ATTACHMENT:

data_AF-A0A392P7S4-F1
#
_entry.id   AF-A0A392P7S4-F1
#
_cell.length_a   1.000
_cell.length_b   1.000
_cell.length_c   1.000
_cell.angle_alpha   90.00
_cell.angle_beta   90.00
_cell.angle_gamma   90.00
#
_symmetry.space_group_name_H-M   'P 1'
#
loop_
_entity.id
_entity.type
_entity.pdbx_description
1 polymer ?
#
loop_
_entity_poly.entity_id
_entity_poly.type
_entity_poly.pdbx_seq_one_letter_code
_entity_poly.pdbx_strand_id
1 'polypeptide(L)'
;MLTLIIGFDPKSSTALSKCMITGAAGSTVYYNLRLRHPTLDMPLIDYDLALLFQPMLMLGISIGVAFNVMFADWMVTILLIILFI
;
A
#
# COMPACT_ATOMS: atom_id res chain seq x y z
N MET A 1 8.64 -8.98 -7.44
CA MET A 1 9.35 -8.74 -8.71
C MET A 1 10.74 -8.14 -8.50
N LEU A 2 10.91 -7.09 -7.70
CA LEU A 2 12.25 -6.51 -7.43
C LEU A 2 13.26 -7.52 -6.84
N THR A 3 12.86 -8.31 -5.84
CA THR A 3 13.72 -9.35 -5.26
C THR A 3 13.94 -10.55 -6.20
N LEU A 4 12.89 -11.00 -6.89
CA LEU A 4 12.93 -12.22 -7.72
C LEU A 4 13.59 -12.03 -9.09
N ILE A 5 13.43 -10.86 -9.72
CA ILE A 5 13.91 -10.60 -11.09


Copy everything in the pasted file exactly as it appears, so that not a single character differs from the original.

data_AF-A0A392P7S4-F1
#
_entry.id   AF-A0A392P7S4-F1
#
_cell.length_a   1.000
_cell.length_b   1.000
_cell.length_c   1.000
_cell.angle_alpha   90.00
_cell.angle_beta   90.00
_cell.angle_gamma   90.00
#
_symmetry.space_group_name_H-M   'P 1'
#
loop_
_entity.id
_entity.type
_entity.pdbx_description
1 polymer ?
#
loop_
_entity_poly.entity_id
_entity_poly.type
_entity_poly.pdbx_seq_one_letter_code
_entity_poly.pdbx_strand_id
1 'polypeptide(L)'
;MLTLIIGFDPKSSTALSKCMITGAAGSTVYYNLRLRHPTLDMPLIDYDLALLFQPMLMLGISIGVAFNVMFADWMVTILLIILFI
;
A
#
# COMPACT_ATOMS: atom_id res chain seq x y z
N MET A 1 8.64 -8.98 -7.44
CA MET A 1 9.35 -8.74 -8.71
C MET A 1 10.74 -8.14 -8.50
N LEU A 2 10.91 -7.09 -7.70
CA LEU A 2 12.25 -6.51 -7.43
C LEU A 2 13.26 -7.52 -6.84
N THR A 3 12.86 -8.31 -5.84
CA THR A 3 13.72 -9.35 -5.26
C THR A 3 13.94 -10.55 -6.20
N LEU A 4 12.89 -11.00 -6.89
CA LEU A 4 12.93 -12.22 -7.72
C LEU A 4 13.59 -12.03 -9.09
N ILE A 5 13.43 -10.86 -9.72
CA ILE A 5 13.91 -10.60 -11.09